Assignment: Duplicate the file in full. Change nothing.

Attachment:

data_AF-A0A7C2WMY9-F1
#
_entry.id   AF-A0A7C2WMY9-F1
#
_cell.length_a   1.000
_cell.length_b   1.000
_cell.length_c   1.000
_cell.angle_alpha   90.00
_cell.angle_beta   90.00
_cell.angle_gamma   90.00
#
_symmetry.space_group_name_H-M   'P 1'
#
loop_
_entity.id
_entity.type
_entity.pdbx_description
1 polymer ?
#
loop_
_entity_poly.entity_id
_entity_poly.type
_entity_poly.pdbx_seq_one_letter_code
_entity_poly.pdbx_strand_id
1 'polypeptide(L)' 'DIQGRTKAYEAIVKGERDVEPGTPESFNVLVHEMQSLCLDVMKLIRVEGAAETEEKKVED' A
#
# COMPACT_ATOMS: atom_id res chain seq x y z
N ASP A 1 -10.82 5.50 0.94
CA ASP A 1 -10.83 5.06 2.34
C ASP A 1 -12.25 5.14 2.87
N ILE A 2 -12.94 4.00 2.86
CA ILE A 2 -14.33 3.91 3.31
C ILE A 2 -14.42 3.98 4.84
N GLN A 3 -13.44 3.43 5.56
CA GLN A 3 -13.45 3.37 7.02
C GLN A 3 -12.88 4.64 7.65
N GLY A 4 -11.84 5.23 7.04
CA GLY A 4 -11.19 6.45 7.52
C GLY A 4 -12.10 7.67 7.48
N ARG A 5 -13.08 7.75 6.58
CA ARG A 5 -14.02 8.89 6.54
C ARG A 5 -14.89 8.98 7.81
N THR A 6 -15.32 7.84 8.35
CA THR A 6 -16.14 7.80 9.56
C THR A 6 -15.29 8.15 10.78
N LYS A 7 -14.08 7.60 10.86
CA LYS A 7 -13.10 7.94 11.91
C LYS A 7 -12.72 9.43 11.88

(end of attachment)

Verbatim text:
data_AF-A0A7C2WMY9-F1
#
_entry.id   AF-A0A7C2WMY9-F1
#
_cell.length_a   1.000
_cell.length_b   1.000
_cell.length_c   1.000
_cell.angle_alpha   90.00
_cell.angle_beta   90.00
_cell.angle_gamma   90.00
#
_symmetry.space_group_name_H-M   'P 1'
#
loop_
_entity.id
_entity.type
_entity.pdbx_description
1 polymer ?
#
loop_
_entity_poly.entity_id
_entity_poly.type
_entity_poly.pdbx_seq_one_letter_code
_entity_poly.pdbx_strand_id
1 'polypeptide(L)' 'DIQGRTKAYEAIVKGERDVEPGTPESFNVLVHEMQSLCLDVMKLIRVEGAAETEEKKVED' A
#
# COMPACT_ATOMS: atom_id res chain seq x y z
N ASP A 1 -10.82 5.50 0.94
CA ASP A 1 -10.83 5.06 2.34
C ASP A 1 -12.25 5.14 2.87
N ILE A 2 -12.94 4.00 2.86
CA ILE A 2 -14.33 3.91 3.31
C ILE A 2 -14.42 3.98 4.84
N GLN A 3 -13.44 3.43 5.56
CA GLN A 3 -13.45 3.37 7.02
C GLN A 3 -12.88 4.64 7.65
N GLY A 4 -11.84 5.23 7.04
CA GLY A 4 -11.19 6.45 7.52
C GLY A 4 -12.10 7.67 7.48
N ARG A 5 -13.08 7.75 6.58
CA ARG A 5 -14.02 8.89 6.54
C ARG A 5 -14.89 8.98 7.81
N THR A 6 -15.32 7.84 8.35
CA THR A 6 -16.14 7.80 9.56
C THR A 6 -15.29 8.15 10.78
N LYS A 7 -14.08 7.60 10.86
CA LYS A 7 -13.10 7.94 11.91
C LYS A 7 -12.72 9.43 11.88